# Difference between revisions of "Alpha conversion"

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BrettGiles (talk | contribs) (My 2 cents on wording.) |
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Note that alpha conversion is not as simple as it first seems. We must be careful to avoid ''name capture''. For example, if we rename <hask>x</hask> to <hask>y</hask> in <hask>\x -> x + y</hask> then we end up with <hask>\y -> y + y</hask>, which is not the same function! |
Note that alpha conversion is not as simple as it first seems. We must be careful to avoid ''name capture''. For example, if we rename <hask>x</hask> to <hask>y</hask> in <hask>\x -> x + y</hask> then we end up with <hask>\y -> y + y</hask>, which is not the same function! |
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+ | Some compilers include an alpha conversion stage to rename all program variables such that variable names become unique. (This simplifies subsequent processing somewhat.) |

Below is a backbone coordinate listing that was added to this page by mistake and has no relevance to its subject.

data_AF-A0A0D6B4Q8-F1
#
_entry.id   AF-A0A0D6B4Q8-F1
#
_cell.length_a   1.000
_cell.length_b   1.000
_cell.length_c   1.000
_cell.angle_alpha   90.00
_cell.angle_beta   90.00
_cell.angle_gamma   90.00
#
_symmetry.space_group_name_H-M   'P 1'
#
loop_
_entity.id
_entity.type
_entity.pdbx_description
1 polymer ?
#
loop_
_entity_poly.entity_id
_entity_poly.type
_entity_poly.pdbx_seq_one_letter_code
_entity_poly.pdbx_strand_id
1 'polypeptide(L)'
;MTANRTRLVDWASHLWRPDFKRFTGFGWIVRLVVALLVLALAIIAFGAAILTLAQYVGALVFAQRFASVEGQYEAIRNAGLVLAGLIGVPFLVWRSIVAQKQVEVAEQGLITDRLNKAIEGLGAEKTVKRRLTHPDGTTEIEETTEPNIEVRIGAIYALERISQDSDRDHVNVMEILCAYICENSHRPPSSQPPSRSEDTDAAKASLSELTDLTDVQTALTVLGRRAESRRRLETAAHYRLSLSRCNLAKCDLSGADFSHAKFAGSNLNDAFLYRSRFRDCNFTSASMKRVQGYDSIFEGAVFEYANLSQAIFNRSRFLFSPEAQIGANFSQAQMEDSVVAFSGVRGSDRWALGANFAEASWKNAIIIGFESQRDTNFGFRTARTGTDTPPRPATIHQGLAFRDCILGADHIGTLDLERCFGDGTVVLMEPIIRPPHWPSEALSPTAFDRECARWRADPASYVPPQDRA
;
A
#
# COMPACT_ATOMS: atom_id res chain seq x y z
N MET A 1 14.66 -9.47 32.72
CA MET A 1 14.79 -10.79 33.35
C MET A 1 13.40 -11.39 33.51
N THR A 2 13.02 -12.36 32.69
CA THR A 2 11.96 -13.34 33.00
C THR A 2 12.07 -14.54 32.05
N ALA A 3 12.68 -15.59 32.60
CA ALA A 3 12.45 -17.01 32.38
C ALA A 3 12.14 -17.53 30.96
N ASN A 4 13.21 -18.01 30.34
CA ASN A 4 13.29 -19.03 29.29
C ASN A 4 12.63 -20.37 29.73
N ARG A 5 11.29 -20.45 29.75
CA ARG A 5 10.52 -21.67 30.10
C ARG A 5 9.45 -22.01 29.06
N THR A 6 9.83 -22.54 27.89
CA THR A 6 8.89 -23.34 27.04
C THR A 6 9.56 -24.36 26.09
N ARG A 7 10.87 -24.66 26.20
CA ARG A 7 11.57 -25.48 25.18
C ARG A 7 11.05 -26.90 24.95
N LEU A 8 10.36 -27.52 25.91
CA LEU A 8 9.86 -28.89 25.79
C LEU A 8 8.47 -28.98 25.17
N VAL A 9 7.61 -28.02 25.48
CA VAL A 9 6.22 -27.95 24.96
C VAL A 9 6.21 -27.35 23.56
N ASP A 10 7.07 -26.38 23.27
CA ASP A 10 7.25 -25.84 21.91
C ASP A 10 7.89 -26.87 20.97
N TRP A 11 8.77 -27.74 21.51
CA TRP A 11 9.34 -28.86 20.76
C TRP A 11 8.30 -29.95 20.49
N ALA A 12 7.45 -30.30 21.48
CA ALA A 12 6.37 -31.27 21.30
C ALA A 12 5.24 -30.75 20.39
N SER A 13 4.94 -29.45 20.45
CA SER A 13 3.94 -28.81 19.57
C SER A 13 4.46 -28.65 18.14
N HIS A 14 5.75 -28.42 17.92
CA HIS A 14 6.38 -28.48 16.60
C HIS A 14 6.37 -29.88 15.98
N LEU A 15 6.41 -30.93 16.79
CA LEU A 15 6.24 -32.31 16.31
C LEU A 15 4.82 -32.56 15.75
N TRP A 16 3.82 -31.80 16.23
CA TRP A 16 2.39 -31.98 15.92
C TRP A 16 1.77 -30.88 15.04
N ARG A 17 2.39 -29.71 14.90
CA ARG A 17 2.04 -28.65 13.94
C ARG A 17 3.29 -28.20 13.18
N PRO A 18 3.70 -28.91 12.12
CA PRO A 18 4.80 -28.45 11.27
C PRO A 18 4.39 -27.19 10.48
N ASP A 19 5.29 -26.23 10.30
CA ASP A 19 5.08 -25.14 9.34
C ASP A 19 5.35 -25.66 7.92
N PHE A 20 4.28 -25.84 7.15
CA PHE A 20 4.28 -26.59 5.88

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[[Category:Glossary]] |
[[Category:Glossary]] |

## Revision as of 13:01, 30 January 2007

An *alpha conversion* (also written *α conversion*) is a renaming variables.

For example, suppose we have an expression such as

```
\x y -> 2*x*x + y
```

and we change this to

```
\a b -> 2*a*a + b
```

This is clearly the same function, even though it uses different variable names. This process of renaming variables is *alpha conversion*.

Note that alpha conversion is not as simple as it first seems. We must be careful to avoid *name capture*. For example, if we rename `x`

to `y`

in `\x -> x + y`

then we end up with `\y -> y + y`

, which is not the same function!

Some compilers include an alpha conversion stage to rename all program variables such that variable names become unique. (This simplifies subsequent processing somewhat.)

Also see Lambda calculus and the wikipedia lambda calculus article.